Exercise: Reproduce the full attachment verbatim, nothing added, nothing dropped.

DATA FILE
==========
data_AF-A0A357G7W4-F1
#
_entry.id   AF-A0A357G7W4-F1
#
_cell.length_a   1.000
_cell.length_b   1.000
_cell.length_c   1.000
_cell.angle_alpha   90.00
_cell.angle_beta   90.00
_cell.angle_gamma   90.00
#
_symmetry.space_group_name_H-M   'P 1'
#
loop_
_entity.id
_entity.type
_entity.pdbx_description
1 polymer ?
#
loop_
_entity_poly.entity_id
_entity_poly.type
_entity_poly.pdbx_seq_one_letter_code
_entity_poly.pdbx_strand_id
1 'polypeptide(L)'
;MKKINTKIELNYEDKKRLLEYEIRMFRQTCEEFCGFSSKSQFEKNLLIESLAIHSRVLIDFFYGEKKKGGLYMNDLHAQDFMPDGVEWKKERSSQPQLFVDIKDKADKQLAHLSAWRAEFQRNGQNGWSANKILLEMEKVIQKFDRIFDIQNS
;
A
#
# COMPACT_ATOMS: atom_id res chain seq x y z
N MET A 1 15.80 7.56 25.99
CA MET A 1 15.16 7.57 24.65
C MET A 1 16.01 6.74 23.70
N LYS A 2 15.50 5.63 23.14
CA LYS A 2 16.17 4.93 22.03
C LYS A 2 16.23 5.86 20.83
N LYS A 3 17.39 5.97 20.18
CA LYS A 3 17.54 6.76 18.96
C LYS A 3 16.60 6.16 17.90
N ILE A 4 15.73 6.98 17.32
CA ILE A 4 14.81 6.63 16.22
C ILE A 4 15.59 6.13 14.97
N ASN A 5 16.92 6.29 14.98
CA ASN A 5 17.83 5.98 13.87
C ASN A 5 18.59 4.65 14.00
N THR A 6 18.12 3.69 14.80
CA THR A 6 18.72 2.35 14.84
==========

data_AF-A0A357G7W4-F1
#
_entry.id   AF-A0A357G7W4-F1
#
_cell.length_a   1.000
_cell.length_b   1.000
_cell.length_c   1.000
_cell.angle_alpha   90.00
_cell.angle_beta   90.00
_cell.angle_gamma   90.00
#
_symmetry.space_group_name_H-M   'P 1'
#
loop_
_entity.id
_entity.type
_entity.pdbx_description
1 polymer ?
#
loop_
_entity_poly.entity_id
_entity_poly.type
_entity_poly.pdbx_seq_one_letter_code
_entity_poly.pdbx_strand_id
1 'polypeptide(L)'
;MKKINTKIELNYEDKKRLLEYEIRMFRQTCEEFCGFSSKSQFEKNLLIESLAIHSRVLIDFFYGEKKKGGLYMNDLHAQDFMPDGVEWKKERSSQPQLFVDIKDKADKQLAHLSAWRAEFQRNGQNGWSANKILLEMEKVIQKFDRIFDIQNS
;
A
#
# COMPACT_ATOMS: atom_id res chain seq x y z
N MET A 1 15.80 7.56 25.99
CA MET A 1 15.16 7.57 24.65
C MET A 1 16.01 6.74 23.70
N LYS A 2 15.50 5.63 23.14
CA LYS A 2 16.17 4.93 22.03
C LYS A 2 16.23 5.86 20.83
N LYS A 3 17.39 5.97 20.18
CA LYS A 3 17.54 6.76 18.96
C LYS A 3 16.60 6.16 17.90
N ILE A 4 15.73 6.98 17.32
CA ILE A 4 14.81 6.63 16.22
C ILE A 4 15.59 6.13 14.97
N ASN A 5 16.92 6.29 14.98
CA ASN A 5 17.83 5.98 13.87
C ASN A 5 18.59 4.65 14.00
N THR A 6 18.12 3.69 14.80
CA THR A 6 18.72 2.35 14.84